Published on 4 Jun 2015

Do you blame the migrant men in Misrata?

In the hierarchy of sympathy, young African men come right at the bottom. Migrant children or women might be victims, but men? They can look after themselves.

So I don’t expect the three young men in our Channel 4 News piece tonight to attract much concern from the viewing public.

Two were intercepted on smuggling boats trying to reach Europe; one was picked up looking for work in Libya.

Twenty-six-year old Boubakar Sanneh has diplomas in marketing and IT from his native Gambia. Surely he could get a job at home?

Twenty-nine-year old Winston Okeke says he’s an engineering graduate – doesn’t Nigeria need engineers?

Only 25 year old Yonathan Yohannes has what might be termed a ‘credible fear of persecution’ – he fled indefinite military service in Eritrea on a quest for freedom in Europe.

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Above: Yonathan Yohannes, 25, from Eritrea. (Photo credit, and all subsequent photographs: Thom Walker)

Nearly all the 560 men in the Misrata detention centre are Africans, and while some are fleeing war or human rights abuse, the majority are simply looking for something better.

Africa is full of unemployed graduates, young men and women whose expectations have been raised by education, but who find little chance of a decent life at home.

¬†‘A better person’

Challenged on his reasons for leaving, Boubakar said he wanted to be “a better person”. If he makes it to Europe, he says he’ll send what he earns back to Africa.

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Above: Boubakar Sanneh, 26, from Gambia

He’ll be one of many – World Bank statistics suggest that Africans working abroad send $60bn home each year, compared to less than $45bn in aid transfers.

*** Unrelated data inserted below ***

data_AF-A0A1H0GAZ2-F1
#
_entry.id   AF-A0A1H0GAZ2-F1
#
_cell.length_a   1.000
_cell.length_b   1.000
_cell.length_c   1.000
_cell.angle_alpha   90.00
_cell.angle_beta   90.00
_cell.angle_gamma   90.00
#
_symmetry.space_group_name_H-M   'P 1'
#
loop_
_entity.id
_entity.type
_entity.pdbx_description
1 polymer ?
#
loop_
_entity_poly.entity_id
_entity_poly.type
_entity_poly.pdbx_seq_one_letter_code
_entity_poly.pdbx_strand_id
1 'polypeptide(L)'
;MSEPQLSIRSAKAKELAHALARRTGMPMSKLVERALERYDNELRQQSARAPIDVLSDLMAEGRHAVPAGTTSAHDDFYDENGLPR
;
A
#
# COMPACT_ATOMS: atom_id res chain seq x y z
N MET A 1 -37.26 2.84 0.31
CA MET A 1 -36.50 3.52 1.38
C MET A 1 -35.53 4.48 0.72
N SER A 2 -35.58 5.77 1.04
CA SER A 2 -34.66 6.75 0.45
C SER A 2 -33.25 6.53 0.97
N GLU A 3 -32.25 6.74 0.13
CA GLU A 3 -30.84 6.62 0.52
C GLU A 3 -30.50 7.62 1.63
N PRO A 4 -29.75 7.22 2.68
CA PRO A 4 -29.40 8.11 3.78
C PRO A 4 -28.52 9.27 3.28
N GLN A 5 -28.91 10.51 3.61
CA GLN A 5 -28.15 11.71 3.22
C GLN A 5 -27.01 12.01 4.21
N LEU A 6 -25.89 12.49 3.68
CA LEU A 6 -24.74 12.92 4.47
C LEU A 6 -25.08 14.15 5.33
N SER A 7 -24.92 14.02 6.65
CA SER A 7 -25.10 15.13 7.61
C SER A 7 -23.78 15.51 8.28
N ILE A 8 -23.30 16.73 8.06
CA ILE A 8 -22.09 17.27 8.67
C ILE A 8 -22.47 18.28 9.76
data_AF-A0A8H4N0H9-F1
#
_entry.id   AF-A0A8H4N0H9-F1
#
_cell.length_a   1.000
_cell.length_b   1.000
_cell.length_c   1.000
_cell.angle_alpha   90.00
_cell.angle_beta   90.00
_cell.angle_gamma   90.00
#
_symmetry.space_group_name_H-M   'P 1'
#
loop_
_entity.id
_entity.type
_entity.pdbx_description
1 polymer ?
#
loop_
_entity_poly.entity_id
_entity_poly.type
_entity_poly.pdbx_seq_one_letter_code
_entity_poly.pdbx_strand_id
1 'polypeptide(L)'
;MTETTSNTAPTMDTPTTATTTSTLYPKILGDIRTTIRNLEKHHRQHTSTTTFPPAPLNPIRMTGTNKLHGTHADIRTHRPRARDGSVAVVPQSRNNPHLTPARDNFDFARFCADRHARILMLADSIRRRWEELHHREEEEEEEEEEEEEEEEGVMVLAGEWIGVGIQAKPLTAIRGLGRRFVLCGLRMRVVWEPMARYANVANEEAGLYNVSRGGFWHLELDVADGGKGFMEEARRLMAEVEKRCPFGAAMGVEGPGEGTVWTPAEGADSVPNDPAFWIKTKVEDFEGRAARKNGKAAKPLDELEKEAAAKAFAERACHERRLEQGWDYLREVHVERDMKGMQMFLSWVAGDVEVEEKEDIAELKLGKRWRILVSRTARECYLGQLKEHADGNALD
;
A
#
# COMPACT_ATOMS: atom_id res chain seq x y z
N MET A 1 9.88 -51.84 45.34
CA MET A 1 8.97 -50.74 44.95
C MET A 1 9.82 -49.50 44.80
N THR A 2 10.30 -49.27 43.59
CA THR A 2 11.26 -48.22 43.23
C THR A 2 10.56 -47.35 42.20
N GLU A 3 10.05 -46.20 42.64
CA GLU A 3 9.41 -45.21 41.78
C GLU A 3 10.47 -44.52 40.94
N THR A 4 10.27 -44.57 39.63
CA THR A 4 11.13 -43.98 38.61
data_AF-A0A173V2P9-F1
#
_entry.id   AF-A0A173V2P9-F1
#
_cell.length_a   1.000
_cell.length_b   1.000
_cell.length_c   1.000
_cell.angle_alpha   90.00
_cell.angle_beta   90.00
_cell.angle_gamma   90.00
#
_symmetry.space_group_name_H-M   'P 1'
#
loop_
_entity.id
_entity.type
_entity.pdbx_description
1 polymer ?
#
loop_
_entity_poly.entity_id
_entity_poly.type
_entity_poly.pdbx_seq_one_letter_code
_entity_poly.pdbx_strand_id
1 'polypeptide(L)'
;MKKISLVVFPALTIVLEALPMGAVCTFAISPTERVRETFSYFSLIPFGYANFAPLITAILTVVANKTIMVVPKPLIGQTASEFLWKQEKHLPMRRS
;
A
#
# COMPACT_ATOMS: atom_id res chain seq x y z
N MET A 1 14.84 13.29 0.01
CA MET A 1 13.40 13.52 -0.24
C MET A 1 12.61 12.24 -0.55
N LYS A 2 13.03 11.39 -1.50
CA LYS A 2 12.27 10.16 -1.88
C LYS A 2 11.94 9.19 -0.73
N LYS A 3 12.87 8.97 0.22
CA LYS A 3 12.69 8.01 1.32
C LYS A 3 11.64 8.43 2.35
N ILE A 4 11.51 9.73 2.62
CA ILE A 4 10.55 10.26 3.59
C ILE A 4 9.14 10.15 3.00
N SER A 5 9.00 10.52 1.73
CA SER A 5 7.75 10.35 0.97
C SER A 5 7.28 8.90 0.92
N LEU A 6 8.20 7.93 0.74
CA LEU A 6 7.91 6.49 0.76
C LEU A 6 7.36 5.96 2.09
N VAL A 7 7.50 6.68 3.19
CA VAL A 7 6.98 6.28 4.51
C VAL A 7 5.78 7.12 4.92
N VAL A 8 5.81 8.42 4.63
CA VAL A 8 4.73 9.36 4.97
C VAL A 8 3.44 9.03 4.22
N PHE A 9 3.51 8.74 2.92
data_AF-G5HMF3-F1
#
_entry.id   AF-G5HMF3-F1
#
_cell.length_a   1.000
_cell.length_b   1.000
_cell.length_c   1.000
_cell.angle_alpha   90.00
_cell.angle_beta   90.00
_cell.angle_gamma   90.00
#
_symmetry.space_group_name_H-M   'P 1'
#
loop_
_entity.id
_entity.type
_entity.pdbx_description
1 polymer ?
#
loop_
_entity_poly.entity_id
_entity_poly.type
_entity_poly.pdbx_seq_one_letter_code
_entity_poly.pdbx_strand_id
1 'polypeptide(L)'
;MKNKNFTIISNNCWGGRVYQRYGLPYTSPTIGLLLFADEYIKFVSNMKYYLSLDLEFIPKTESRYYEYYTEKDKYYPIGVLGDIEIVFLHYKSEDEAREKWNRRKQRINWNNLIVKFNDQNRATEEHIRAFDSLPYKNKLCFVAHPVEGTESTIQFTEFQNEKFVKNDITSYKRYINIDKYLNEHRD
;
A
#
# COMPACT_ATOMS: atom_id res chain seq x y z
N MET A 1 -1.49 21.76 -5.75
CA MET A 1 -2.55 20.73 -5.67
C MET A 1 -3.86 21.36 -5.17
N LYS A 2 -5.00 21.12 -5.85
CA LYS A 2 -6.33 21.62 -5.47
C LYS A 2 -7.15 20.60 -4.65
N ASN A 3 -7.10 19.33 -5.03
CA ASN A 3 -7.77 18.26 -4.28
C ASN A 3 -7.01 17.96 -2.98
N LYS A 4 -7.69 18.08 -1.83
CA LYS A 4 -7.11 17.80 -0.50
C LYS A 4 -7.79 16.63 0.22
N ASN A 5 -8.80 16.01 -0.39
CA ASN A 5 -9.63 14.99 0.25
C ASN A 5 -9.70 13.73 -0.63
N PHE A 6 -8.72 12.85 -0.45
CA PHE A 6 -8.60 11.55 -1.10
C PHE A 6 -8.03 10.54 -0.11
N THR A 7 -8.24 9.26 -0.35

Winston pretended he was a Somali because he thought that would get my sympathy, but his story soon fell apart. His Nigerian name gave him away.

He’s a chancer, the kind of guy who can talk himself in or out of any situation. He’s also bright, sharp and could probably turn his hand to anything. (He got a free passage as a navigator on a boat to Europe that was intercepted by the Libyan coastguard.)

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Above: Winston Okeke, 29, from Nigeria

As I watched the detainees playing cards with a pack they had cut from juice cartons, and jostling to tell their stories, I thought of my own family, several generations back.

Refugees from Poland. Migrants. People looking for a better life. Many of my friends are migrants or the children of migrants. In any society it’s the desperate and the dynamic who get up and go and they bring huge energy to the countries where they settle.

I understand that policy is based on collective good not individual desire. It’s not viable for half of Africa to move to Europe. But I find it hard not to empathise with the thoughtful, funny, driven young men I met at the Misrata detention centre.

Of course they should use what education and energy they have to develop their own countries. But I understand why they want to leave. And I don’t have it in me to condemn them for it.

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6 reader comments